To address this issue, Isha H. Jain ‘s research team turned to the genome editing technology CRISPR to test the role of various genes in hyperoxia.

 

Using CRISPR technology, the researchers knocked out more than 20,000 different genes from human cells grown in the lab, then compared how each group of cells grew under 21 percent oxygen versus 50 percent oxygen.

 

“This unbiased screen allowed us to explore the contribution of thousands of different molecular pathways under hyperoxic conditions, rather than just focusing on pathways we already suspected might be involved,” said Isha H. Jain . identified molecules that had never before been linked to oxygen toxicity.”

 

In the screen, four molecular pathways stood out, shown to be involved in the effects of hyperoxia. They are involved in a variety of cellular functions, including repairing damaged DNA, generating new DNA building blocks, and generating cellular energy.

 

The latest research reveals the key way that excess oxygen damages health

 

 


Common protein cluster

 

At first, the research team could not determine what these four molecular pathways had in common, and why they were all affected by high oxygen levels.

After some research, it was discovered that each pathway possesses a key protein that contains iron atoms linked to sulfur atoms in its molecular structure, so-called “iron-sulfur clusters” (Fe-S clusters) .

They found that hyperoxia disrupted Fe-S-containing cluster proteins, resulting in impaired diacetamide synthesis, purine metabolism, nucleotide excision repair, and electron transport chain (ETC) function .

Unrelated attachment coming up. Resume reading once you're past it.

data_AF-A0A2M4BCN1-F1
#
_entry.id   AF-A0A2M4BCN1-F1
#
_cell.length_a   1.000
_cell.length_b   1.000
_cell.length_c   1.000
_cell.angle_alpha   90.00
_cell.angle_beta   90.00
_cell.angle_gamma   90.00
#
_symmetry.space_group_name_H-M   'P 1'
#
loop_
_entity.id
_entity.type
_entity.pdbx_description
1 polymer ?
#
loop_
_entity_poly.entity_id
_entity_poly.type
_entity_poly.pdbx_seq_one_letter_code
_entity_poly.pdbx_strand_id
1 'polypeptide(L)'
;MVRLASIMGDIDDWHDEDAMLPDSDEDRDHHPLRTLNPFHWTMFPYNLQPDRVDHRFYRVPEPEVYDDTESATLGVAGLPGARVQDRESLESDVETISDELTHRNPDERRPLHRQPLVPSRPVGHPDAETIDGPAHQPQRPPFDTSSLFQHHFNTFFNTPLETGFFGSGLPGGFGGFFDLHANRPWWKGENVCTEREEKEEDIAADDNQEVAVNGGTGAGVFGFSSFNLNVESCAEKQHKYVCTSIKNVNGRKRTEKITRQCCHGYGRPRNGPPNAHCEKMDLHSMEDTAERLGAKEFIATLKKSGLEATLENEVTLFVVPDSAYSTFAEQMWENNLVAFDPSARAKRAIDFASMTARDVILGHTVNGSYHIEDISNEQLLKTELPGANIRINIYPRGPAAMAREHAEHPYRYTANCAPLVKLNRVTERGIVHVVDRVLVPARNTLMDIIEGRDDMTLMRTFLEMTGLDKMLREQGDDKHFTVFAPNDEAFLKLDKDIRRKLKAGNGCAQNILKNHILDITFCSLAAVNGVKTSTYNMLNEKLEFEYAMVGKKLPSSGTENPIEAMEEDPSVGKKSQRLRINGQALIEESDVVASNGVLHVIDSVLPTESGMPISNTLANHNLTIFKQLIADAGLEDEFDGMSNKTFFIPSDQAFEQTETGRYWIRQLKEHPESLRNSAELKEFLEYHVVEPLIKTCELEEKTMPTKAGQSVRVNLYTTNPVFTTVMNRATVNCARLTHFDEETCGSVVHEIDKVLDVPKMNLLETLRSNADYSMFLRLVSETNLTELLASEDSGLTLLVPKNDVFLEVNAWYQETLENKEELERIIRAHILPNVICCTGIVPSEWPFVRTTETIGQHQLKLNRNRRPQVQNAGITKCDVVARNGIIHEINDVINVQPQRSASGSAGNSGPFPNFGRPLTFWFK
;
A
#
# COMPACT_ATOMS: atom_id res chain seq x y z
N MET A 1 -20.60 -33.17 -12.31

Hyperoxia induces acute lung injury in a mouse model. And in primary human lung cells and a mouse lung oxygen toxicity model, hyperoxia led to the degradation of specific ISC-containing proteins in both mouse and human lung cells .

They further demonstrated that ETCs are most susceptible to damage by hyperoxia, resulting in reduced mitochondrial oxygen consumption, which leads to further tissue hyperoxia and impairment of the ISC pathway .

 

Subsequently, the researchers also demonstrated in the Ndufs4 KO mouse model that primary ETC dysfunction also leads to hyperoxia in lung tissue and significantly increases sensitivity to hyperoxia-mediated ISC injury .

 

The latest research reveals the key way that excess oxygen damages health

 

 

“An important takeaway is that hyperoxia does not affect cells and tissues solely through reactive oxygen species , as many have assumed,” Jain said. “This means that the use of antioxidants to combat reactive oxygen species to some extent is unlikely to be sufficient to prevent oxygen toxicity.”

 

This work has important implications for hyperoxic pathologies, including bronchopulmonary dysplasia, ischemia-reperfusion injury, aging, and therapeutic guidance for mitochondrial disease.

 

 

 

 

 

 

Paper link :
https://doi.org/10.1016/j.molcel.2023.02.013

The latest research reveals the key way that excess oxygen damages health